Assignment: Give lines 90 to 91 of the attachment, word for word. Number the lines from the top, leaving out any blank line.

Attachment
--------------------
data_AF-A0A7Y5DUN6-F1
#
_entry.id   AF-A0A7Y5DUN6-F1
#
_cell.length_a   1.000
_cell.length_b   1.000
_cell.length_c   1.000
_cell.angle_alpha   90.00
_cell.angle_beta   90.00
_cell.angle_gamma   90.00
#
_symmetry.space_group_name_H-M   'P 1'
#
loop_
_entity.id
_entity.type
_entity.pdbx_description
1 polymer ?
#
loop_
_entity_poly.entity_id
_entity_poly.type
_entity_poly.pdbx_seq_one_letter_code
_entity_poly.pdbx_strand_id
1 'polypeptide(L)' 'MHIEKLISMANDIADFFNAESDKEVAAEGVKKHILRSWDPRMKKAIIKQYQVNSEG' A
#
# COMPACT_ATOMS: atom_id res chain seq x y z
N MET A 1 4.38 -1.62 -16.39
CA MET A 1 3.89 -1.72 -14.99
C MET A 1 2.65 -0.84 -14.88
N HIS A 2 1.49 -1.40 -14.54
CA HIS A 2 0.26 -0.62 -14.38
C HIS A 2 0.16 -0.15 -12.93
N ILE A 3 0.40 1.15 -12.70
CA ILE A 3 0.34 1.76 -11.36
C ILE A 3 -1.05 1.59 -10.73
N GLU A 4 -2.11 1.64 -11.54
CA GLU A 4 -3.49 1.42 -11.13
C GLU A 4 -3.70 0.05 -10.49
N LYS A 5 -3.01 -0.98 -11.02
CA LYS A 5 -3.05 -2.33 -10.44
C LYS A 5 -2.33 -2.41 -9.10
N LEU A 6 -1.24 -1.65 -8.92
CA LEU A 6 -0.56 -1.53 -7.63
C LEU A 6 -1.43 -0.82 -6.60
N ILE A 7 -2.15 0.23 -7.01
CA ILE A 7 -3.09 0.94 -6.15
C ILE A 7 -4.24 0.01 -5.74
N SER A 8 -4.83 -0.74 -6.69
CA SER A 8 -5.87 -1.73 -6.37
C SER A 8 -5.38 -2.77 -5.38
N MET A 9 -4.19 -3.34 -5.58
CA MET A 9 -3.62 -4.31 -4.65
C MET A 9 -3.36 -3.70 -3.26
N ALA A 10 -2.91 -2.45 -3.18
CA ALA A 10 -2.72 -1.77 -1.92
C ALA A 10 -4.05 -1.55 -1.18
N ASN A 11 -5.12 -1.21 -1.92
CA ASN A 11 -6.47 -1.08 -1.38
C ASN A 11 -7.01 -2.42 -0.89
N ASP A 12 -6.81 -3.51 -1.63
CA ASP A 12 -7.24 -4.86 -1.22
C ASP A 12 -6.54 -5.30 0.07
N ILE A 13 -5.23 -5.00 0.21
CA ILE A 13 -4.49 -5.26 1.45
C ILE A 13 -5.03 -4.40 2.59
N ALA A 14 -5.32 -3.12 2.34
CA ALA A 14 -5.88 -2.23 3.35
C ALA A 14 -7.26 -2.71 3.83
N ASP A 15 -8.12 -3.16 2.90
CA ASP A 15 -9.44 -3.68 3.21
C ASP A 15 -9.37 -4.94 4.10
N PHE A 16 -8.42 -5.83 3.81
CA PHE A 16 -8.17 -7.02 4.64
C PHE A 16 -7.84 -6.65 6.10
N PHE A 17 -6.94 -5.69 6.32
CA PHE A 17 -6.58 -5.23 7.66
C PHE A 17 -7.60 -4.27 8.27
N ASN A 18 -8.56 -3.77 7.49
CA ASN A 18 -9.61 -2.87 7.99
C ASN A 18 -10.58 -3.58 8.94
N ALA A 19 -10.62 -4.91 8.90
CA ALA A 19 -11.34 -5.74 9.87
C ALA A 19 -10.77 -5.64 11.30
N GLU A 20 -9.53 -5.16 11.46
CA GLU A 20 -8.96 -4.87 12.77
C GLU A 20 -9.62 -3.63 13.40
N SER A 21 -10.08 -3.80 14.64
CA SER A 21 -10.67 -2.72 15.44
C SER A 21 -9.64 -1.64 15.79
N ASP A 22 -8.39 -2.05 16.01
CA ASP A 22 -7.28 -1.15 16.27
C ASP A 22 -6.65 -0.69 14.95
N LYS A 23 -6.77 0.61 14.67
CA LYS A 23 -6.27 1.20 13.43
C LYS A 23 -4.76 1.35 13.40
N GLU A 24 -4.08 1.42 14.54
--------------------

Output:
C SER A 21 -9.64 -1.64 15.79
N ASP A 22 -8.39 -2.05 16.01